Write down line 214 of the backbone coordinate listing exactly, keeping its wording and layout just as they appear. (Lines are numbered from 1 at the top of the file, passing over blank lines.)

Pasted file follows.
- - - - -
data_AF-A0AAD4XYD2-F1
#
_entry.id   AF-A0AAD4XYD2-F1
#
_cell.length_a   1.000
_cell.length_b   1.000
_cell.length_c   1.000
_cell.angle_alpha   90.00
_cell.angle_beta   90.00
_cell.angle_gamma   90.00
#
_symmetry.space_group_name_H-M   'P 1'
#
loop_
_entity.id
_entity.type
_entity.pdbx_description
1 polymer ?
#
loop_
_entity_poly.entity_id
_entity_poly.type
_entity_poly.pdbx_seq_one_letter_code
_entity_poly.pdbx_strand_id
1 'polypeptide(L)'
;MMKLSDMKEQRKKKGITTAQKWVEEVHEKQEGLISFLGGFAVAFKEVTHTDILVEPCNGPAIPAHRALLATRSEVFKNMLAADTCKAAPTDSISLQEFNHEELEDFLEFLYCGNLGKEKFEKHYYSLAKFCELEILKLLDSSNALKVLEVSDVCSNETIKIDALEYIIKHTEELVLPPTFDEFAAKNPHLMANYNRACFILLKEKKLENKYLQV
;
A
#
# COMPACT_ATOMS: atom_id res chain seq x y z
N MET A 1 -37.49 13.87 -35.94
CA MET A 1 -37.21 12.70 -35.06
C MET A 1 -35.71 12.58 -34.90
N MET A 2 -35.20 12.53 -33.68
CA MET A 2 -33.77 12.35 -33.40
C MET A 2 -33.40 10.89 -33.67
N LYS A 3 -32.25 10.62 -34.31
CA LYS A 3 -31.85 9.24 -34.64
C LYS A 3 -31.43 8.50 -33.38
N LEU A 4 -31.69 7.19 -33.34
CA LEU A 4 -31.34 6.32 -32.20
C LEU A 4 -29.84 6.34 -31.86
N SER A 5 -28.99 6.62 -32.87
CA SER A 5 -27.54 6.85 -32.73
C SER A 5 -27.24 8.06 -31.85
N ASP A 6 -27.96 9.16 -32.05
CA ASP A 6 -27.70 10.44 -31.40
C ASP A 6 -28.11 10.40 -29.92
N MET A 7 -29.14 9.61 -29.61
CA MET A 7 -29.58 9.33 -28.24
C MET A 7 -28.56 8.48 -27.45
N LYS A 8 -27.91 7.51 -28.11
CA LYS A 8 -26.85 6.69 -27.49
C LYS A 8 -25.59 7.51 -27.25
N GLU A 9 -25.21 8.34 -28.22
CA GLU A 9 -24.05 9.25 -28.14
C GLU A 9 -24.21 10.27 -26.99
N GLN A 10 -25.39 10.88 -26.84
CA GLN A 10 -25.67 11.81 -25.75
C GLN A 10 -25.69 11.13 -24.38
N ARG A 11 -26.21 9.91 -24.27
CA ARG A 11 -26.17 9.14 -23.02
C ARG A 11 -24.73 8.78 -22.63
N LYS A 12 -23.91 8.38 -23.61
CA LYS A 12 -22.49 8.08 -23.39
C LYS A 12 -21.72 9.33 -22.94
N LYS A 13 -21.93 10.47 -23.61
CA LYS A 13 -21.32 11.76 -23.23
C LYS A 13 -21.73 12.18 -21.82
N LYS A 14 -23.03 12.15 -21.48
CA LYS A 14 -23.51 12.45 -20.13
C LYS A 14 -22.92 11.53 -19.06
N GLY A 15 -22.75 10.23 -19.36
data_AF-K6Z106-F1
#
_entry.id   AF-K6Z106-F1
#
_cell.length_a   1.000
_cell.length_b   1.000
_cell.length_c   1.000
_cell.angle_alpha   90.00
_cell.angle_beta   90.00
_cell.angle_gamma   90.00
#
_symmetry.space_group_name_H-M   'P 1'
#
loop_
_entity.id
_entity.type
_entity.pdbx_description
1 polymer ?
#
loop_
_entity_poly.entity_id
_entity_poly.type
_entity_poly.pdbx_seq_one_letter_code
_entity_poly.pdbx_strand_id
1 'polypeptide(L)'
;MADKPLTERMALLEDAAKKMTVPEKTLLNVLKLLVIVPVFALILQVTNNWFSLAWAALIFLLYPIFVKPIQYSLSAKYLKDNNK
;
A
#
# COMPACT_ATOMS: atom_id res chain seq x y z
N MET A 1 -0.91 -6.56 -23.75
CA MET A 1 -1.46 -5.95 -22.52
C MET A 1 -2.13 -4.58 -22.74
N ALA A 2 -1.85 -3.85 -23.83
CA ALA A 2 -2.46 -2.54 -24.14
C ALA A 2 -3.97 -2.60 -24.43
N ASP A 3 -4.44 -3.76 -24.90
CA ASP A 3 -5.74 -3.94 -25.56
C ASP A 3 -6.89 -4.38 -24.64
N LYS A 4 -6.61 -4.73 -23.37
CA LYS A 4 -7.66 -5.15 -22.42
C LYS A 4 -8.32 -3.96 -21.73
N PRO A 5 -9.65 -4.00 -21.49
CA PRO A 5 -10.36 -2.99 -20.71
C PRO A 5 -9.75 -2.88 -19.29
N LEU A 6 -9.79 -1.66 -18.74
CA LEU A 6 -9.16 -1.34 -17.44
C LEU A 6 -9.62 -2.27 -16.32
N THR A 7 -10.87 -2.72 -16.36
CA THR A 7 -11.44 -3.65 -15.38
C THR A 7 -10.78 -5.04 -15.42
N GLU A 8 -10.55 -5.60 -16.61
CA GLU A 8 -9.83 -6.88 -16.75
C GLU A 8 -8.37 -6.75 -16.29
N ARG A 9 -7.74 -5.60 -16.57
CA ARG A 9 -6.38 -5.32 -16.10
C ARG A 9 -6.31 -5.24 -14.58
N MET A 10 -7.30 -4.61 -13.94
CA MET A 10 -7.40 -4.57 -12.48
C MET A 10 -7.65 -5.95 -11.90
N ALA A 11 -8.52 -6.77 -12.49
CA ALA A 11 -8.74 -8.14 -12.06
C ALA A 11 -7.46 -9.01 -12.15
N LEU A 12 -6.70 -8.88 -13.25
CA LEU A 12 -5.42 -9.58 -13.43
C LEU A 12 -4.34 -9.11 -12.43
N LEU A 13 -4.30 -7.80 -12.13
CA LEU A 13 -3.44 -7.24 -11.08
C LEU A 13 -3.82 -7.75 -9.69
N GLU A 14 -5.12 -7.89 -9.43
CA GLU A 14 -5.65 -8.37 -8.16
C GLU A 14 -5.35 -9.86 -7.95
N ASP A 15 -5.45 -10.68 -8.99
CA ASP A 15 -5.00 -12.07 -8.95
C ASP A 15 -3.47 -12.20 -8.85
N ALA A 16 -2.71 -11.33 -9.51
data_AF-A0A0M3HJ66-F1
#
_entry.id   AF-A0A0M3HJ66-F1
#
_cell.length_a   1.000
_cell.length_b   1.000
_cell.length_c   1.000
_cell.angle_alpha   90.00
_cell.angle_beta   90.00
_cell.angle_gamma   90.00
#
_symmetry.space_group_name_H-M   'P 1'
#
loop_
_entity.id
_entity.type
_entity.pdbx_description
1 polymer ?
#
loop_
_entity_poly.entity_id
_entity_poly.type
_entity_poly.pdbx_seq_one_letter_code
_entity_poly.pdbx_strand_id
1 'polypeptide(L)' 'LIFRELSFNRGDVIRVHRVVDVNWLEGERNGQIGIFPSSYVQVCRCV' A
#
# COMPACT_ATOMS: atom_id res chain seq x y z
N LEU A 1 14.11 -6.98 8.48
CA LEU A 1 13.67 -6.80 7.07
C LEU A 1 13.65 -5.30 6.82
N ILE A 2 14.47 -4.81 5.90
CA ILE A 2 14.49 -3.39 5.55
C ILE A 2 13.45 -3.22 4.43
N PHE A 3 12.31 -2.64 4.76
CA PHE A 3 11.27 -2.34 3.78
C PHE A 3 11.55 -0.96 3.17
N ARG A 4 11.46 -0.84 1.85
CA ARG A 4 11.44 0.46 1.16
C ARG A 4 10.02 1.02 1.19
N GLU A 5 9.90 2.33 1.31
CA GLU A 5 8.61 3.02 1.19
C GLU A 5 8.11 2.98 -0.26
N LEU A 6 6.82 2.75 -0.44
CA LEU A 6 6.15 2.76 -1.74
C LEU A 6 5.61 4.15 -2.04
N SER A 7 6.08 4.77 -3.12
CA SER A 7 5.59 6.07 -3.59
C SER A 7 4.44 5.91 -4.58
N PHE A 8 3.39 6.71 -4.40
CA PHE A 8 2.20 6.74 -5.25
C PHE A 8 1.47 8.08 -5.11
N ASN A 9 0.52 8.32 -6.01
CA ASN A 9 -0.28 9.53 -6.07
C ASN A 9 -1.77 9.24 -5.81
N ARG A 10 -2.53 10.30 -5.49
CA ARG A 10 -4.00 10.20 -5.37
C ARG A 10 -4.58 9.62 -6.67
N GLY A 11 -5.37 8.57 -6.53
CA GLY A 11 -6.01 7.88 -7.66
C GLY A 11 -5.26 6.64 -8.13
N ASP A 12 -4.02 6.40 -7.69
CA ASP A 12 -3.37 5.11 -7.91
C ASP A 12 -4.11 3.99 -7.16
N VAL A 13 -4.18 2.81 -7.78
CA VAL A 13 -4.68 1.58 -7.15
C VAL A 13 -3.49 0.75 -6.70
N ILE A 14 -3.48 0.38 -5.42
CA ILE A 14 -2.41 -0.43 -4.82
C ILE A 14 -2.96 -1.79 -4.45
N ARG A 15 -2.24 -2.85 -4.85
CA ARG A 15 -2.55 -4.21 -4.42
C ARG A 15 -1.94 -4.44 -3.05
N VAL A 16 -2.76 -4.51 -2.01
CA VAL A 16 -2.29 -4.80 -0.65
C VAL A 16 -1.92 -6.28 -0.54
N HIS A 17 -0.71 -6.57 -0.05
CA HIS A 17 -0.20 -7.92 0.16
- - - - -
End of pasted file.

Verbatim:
CA VAL A 13 -4.68 1.58 -7.15